Tuesday, September 30, 2008

Tutorial: Using .NET GUI Widgets in PowerShell

One of the great unsung features of PowerShell (which forms the foundation of the Exchange Management Shell) is its ability to expose the full range of functionality offered by the .NET framework, and, more specifically, the GUI widgets provided by that framework.  I was blissfully unaware of this until encountering a sample script on "Glen's Exchange Dev Blog".  (That blog, by the way, is an excellent resource, and I highly recommend it. Entirely different Glen, lest there be any confusion. He is far more knowledgable about this stuff than I.)
In the script contained in that blog entry (upon which the following script is largely based) I discovered the wonderful world of rendering GUI elements from within PowerShell scripts. I was able to learn quite a bit about the subject by dissecting that script and a few other examples found around the web, but I was unable to find anything in the way of a tutorial on the topic.  Furthermore, although the .NET frameworks are well-documented on the MSDN website, the proper syntax for accessing those objects via PowerShell is not provided.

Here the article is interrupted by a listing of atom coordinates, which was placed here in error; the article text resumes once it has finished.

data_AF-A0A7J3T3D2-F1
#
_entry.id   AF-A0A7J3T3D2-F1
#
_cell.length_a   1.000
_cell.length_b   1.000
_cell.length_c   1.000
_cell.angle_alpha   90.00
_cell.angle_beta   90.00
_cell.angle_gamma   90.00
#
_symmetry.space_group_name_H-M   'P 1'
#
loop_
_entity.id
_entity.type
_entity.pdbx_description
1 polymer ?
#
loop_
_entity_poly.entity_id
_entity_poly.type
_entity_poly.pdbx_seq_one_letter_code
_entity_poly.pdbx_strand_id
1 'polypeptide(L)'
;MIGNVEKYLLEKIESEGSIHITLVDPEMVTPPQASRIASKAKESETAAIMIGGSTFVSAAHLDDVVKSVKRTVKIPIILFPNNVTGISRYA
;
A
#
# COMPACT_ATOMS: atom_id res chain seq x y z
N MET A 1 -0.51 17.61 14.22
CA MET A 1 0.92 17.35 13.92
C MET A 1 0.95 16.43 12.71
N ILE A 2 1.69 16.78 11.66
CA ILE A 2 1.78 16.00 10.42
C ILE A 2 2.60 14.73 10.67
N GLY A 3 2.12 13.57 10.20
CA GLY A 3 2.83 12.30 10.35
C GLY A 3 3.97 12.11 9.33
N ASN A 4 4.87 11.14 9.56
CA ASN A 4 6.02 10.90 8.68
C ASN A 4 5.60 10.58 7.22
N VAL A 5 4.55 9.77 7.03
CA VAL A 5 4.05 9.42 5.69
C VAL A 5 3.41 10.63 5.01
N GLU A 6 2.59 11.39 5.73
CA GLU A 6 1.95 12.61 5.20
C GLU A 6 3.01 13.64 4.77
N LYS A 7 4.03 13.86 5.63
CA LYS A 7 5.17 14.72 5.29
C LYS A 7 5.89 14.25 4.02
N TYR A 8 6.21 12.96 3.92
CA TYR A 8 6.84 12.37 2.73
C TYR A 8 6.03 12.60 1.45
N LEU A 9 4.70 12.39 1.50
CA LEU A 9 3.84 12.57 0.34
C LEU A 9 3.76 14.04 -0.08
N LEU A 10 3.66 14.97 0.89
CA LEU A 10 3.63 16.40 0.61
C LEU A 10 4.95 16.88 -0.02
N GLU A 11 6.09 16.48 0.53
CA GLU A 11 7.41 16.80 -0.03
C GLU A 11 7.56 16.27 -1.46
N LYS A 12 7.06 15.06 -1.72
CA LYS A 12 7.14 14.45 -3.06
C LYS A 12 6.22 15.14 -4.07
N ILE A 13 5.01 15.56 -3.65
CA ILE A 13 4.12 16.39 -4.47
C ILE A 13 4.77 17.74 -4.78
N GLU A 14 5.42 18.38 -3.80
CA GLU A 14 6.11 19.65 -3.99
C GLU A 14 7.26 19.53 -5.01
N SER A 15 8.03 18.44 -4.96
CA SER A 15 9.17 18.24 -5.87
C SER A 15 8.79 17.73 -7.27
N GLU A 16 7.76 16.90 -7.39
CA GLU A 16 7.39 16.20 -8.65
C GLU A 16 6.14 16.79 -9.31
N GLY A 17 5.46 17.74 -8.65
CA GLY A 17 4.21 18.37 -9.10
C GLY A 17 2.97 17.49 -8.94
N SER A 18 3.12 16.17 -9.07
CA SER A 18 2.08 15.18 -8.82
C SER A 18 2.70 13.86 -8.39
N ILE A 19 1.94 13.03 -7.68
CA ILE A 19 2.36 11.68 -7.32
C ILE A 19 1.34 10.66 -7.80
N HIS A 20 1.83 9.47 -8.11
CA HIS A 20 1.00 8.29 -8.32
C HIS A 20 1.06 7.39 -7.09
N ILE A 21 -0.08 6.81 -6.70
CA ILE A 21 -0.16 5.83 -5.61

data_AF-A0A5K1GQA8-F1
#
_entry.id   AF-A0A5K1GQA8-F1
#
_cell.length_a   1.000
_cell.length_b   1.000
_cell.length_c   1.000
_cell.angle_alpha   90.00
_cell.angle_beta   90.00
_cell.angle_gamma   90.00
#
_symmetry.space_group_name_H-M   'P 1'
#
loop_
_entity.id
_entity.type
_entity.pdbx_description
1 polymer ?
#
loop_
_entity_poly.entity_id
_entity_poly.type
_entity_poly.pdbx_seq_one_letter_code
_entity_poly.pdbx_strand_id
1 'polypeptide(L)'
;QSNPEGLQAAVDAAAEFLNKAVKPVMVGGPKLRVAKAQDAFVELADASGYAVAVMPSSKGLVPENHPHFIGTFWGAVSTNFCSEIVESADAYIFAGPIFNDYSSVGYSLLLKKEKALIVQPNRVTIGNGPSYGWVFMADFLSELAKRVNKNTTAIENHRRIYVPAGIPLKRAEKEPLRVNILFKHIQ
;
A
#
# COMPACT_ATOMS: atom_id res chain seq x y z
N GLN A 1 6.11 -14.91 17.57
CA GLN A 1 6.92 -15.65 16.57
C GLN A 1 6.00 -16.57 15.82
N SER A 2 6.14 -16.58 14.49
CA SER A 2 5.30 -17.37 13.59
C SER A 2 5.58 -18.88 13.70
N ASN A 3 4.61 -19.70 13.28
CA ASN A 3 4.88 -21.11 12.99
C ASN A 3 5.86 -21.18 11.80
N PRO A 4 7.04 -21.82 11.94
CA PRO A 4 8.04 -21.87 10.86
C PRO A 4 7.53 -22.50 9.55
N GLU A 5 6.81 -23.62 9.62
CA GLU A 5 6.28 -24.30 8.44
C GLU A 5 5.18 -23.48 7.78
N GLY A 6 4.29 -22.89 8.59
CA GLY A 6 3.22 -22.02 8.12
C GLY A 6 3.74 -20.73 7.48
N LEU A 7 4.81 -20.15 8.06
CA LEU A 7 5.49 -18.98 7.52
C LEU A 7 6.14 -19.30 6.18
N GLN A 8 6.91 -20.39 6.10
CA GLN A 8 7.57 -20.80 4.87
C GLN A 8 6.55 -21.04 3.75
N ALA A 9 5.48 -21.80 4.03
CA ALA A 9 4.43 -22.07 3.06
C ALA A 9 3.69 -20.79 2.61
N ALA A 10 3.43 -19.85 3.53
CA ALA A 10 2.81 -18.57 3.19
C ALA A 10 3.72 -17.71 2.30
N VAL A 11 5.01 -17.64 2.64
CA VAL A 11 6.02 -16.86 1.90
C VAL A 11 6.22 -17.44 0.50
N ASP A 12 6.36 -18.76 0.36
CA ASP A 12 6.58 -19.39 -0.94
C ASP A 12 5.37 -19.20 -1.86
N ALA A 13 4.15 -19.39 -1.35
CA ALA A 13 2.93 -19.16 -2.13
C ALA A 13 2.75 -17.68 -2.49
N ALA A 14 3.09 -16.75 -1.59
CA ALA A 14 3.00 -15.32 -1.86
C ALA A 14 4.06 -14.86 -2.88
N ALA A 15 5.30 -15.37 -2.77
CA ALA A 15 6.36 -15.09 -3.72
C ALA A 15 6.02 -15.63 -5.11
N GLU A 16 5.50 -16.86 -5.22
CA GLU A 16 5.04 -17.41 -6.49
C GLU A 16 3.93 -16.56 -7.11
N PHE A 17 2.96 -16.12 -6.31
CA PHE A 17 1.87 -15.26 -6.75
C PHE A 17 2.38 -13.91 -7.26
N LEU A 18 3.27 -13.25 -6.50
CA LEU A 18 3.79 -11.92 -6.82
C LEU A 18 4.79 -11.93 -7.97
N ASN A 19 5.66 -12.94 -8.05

What else could I do other than write my own tutorial?
This screenshot illustrates what the final product will look like.

No fancy IDE such as Visual Studio is required.  I do all of this in Notepad on a machine with the Exchange Management Shell installed. (The example script is Exchange-specific, thus the requirement for EMS; but the GUI widgets can also be utilized in a pure PowerShell environment.)
Let us begin by opening a blank document in Notepad and typing in the following commands for loading in the .NET assemblies for the drawing tools and GUI widgets (watch for line wrapping introduced by the browser):
[System.Reflection.Assembly]::LoadWithPartialName("System.Drawing")
[System.Reflection.Assembly]::LoadWithPartialName("System.windows.forms")
The "System.Drawing" namespace exposes DGI+ graphics routines (see http://msdn.microsoft.com/en-us/library/system.drawing.aspx ), where the "System.windows.forms" namespace provides standard Windows interface features (see http://msdn.microsoft.com/en-us/library/system.windows.forms.aspx ).
For the sake of readability, as well as to ensure that commands are issued in the proper order, I divide the remaining portion of the script into three sections, delimited and labeled by comment lines, corresponding to function definitions, widget definitions, and the main body of code.
Let us define the window into which we will be drawing our interface:
# widget definitions

$myWindow = new-object System.Windows.Forms.form
Now, we set its parameters, specifically its name, size, and so forth, then tell it to display itself:
# main program body

$myWindow.Text = "Exchange 2007 GUI Demo"
$myWindow.size = new-object System.Drawing.Size(1000,600)
$myWindow.autoscroll = $true